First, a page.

I’ve been raising similar concerns recently in my speech about the Amazon Kindle. The device automatically archives detailed, even intimate, information about what and more importantly how people read on the Amazon server cloud.  This kind of information is subject not 4th Amendment/search warrant protections but can instead be subpoenaed by prosecutors who are anxious to dig up dirt on suspects.  The question I raise in the speech, and the question that also seems to emerge in the case of Google Books and the coming Editions service, is, what happens to a society when privacy is no longer the default setting for reading?

Whew.  What a week for books indeed!


Is the ISBN Still Necessary?

My inner distribution nerd was thrilled to discover (via José Afonso Furtado) Michael Carins’ recent reflections on the death of the international standard book number, or ISBN, over on his blog PersonaNondata.  The argument goes something like this.  Over the last several years there has been a noticeable movement away from the ISBN, particularly in the case of e-books.  Leading the way has been, which refuses to assign ISBNs to any of the Kindle books it sells.  With book digitization there has also tended to follow dis-aggregation, or the chopping up of books into smaller, component parts that can be sold separately.  How do you assign a single ISBN to what’s fast becoming an exploding whole?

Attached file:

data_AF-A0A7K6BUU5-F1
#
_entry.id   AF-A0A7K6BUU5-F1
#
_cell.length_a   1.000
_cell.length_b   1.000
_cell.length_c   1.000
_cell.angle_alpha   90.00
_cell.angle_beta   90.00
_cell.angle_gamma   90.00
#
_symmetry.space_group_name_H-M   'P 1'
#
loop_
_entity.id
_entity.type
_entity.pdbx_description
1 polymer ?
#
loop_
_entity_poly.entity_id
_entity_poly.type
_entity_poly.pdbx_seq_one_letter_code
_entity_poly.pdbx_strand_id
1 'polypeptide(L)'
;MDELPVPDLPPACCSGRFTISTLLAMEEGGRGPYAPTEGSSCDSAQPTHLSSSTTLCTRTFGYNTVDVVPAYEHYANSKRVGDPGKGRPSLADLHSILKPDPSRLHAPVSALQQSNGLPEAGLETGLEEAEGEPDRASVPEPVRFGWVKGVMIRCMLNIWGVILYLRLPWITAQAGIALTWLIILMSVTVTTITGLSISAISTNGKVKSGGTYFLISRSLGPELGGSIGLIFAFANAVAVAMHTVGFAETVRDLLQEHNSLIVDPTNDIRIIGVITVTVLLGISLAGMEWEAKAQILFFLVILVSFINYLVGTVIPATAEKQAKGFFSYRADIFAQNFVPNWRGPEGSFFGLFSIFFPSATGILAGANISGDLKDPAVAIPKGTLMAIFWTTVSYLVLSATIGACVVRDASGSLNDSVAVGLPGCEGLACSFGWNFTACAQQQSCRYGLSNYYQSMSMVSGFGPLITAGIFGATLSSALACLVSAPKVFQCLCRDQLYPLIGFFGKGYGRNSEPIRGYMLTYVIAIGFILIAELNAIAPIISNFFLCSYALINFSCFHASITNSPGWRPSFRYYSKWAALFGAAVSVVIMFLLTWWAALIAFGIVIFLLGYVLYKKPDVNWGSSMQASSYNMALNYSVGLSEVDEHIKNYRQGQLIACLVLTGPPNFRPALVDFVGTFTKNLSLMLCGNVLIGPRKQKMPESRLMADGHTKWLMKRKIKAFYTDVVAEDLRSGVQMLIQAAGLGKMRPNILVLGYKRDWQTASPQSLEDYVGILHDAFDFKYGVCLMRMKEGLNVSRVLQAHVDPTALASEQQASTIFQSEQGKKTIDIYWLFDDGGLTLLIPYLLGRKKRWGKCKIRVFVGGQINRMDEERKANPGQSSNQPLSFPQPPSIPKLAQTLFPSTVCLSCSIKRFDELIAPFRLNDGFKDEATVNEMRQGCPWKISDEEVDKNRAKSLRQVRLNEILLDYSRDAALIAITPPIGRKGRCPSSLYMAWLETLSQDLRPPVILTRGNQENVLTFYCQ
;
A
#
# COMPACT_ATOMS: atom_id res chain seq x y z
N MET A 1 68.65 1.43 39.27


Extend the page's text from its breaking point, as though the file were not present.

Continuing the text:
Cairns clearly knows his stuff.  As a former President of Bowker, he was chin-deep in the trenches of the recent effort to rework the ISBN for the 21st century.  The result was the shift from a 10-digit to a 13-digit standard, which went into effect on January 1, 2007.  My question is this: is the ISBN still necessary?

Anyone who’s read The Late Age of Print will know that I do not ask this question lightly. I devote the better part of Chapter 3 to the ISBN’s history, and to tell you the truth, in the process of doing the research I developed something of a crush on this smart little product code.  Personally I’d be sad to see it go.  But as an historian of technology it seems clear that the ISBN has just about exhausted its usefulness.

It’s important to bear in mind what computing and online communications looked like when the ISBN was first conceived, back in the late 1960s.  Processing power was paltry by today’s standards.  Broadband was barely an inkling of an idea.  The ISBN was developed within the context of these technological constraints, as a concise and thus highly efficient way in which to convey extremely detailed information about the language, publisher, title, and edition of any given book.